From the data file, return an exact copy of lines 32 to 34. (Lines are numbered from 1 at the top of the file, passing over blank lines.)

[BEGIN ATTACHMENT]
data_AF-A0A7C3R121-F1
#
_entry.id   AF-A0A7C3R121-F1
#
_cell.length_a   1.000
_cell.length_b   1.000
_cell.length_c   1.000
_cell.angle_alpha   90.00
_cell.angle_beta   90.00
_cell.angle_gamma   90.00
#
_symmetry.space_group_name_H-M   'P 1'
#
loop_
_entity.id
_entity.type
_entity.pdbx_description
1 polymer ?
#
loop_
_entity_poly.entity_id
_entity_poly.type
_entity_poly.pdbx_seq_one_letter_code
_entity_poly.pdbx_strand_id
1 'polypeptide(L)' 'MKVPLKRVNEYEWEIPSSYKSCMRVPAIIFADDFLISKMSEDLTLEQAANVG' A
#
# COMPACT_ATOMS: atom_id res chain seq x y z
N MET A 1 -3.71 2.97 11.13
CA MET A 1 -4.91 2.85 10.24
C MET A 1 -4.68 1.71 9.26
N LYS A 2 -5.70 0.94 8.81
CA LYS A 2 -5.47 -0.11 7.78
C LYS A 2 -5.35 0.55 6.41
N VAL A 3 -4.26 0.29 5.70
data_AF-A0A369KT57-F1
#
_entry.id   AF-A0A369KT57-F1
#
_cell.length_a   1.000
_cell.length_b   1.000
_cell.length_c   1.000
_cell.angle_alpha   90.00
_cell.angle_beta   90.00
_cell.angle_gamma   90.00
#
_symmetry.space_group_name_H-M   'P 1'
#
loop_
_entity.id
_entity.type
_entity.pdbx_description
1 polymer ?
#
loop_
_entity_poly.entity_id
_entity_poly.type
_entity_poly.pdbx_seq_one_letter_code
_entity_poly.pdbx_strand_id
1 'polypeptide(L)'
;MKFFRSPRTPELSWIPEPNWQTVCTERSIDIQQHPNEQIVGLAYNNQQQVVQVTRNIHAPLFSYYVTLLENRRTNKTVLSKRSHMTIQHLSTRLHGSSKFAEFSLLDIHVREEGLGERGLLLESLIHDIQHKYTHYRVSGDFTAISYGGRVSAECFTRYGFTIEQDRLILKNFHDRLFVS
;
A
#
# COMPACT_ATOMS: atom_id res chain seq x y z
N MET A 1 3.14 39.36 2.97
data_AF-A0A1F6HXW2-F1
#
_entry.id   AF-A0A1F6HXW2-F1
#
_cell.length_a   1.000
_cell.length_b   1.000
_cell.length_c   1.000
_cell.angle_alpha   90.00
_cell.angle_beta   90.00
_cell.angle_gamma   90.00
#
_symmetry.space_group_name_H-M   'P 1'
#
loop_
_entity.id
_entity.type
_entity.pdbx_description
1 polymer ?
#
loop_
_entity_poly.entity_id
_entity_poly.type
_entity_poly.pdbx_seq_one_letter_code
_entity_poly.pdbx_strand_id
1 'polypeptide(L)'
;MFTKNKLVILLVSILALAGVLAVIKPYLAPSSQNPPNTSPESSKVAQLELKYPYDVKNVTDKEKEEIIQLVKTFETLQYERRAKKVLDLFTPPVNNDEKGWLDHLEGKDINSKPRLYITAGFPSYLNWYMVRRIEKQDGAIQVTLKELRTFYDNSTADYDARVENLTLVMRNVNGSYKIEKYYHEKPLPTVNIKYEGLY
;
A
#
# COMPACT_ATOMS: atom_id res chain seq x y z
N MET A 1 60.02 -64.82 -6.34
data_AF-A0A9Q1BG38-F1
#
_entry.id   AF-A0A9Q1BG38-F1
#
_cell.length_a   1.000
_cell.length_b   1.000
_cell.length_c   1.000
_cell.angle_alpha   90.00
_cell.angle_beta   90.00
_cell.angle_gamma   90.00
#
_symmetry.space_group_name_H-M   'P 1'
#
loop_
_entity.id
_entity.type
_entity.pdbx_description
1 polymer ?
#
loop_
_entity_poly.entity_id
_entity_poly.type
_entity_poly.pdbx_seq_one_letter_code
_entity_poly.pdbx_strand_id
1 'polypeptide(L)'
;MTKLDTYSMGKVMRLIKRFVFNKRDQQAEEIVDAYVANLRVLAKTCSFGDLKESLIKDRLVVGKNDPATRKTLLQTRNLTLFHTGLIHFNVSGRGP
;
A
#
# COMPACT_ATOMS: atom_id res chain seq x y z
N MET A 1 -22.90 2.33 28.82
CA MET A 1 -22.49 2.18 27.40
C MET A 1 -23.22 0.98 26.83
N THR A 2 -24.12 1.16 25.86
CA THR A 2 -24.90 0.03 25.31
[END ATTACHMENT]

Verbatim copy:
CA LYS A 2 -5.47 -0.11 7.78
C LYS A 2 -5.35 0.55 6.41
N VAL A 3 -4.26 0.29 5.70